At the beginning of October, a system started to allow people who are up to 10 years in arrears on premium payments for the kokumin nenkin pension to pay the unpaid premiums. Kokumin nenkin mainly covers self-employed or jobless people, but also serves as the basic pension for corporate workers. The deferred payment system will be in force for three years. To reduce the number of pensionless people or people eligible to receive only a fraction of full pension benefits, the government must make people aware of the new system.
In principle, kokumin nenkin is based on the idea that people pay the premiums for 40 years from the age of 20 to the age of 60 to get the full benefits. They have to pay premiums for 25 years or longer to qualify to receive a pension. The deferred payment system is designed to help people whose accumulated payment period is less than 25 years or who want to increase their pension benefits because their accumulated payment period is less than 40 years.
It covers the following three groups — people between age 20 and 60 who failed to pay premiums within the past 10 years; people between 60 and 65 who are trying to achieve the 25-year payment requirement but are in arrears (optional participation) and people between 65 and 70 who are also trying to fulfill the 25-year payment requirement but are in arrears (special optional participation).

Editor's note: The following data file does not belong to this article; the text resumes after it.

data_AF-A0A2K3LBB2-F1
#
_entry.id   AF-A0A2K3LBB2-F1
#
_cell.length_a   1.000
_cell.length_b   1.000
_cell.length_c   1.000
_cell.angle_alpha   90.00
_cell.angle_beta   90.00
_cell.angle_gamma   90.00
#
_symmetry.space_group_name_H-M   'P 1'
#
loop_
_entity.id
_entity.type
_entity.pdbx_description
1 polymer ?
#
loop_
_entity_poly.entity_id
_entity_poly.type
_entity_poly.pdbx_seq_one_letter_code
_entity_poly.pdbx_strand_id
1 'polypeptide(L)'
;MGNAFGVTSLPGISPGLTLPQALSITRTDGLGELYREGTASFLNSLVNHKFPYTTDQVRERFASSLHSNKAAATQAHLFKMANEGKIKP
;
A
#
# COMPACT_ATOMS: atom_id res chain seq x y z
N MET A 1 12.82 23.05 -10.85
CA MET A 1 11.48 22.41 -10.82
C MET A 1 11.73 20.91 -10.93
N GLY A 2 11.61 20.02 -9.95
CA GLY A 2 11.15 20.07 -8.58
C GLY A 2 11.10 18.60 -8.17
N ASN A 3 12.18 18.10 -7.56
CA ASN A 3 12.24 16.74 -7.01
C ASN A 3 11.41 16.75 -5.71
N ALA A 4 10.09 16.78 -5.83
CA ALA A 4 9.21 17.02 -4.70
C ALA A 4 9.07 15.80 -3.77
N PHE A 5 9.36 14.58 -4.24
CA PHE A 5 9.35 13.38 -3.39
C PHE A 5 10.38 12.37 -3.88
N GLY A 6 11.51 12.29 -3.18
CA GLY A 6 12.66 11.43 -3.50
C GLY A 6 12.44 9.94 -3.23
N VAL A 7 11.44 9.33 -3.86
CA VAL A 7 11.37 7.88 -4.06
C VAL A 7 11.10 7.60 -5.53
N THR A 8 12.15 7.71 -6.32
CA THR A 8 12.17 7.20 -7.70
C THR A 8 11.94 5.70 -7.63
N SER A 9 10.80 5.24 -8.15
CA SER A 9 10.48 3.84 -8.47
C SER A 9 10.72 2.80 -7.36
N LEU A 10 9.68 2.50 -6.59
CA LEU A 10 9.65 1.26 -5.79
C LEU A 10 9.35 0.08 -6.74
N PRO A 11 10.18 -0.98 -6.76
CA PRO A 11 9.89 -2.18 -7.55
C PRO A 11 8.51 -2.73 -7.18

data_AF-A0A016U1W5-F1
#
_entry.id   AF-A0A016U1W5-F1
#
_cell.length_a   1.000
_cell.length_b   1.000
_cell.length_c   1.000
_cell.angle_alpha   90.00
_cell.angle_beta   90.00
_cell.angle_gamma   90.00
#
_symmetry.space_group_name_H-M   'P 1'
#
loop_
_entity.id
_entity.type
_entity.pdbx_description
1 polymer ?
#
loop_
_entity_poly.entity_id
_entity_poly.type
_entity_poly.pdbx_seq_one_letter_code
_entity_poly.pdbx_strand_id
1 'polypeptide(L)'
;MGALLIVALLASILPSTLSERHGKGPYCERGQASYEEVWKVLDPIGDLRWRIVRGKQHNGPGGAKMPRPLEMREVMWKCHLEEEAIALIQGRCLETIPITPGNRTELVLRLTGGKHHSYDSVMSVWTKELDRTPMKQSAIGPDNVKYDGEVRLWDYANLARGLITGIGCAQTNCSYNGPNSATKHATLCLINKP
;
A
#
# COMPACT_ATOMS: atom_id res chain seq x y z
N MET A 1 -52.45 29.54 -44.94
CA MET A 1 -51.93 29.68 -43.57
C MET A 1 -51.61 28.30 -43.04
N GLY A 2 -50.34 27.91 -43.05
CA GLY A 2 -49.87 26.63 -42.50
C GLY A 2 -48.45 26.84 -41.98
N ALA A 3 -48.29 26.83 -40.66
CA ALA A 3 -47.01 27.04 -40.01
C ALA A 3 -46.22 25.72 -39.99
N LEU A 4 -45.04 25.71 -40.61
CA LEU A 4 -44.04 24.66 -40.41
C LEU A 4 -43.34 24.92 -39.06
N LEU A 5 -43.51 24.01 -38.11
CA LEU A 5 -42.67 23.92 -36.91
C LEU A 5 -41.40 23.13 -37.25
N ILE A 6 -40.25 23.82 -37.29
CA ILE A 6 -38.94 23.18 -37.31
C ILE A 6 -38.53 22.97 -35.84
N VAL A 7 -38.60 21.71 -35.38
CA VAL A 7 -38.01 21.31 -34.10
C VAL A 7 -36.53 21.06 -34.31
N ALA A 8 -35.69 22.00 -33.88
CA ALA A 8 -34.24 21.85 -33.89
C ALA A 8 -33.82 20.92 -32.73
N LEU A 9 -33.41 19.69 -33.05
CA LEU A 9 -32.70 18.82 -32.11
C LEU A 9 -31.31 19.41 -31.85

If people apply to make deferred payments in October, they can pay premiums that are in arrears in and after October 2002. But they have to pay them plus additional charges. For example, the amount of monthly deferred payment for fiscal 2002 will be ¥13,300 plus an additional charge of ¥1,640. Deferred payment for one month translates into an additional yearly pension benefit of ¥1,638.
The health and welfare ministry estimates that with the deferred payment system, up to 16 million people will be able to increase pension benefits and up to 400,000 will become eligible to receive pensions. Unfortunately, many people are still unaware of the deferred payment system. The government should take steps to rectify this, for example by placing notices in post offices, government offices and other public places. Those interested should have their kiso nenkin (basic pension) number ready and call 0570-011-050 for more information.
Another problem is that many participants in the kokumin nenkin pension system are in a low-income bracket and may not be able to make the deferred payments even if they want to. To help such people, the government should consider reducing the amount of unpaid premiums to be paid. Doing so will help to ensure that fewer people fall through gaps in the social safety net.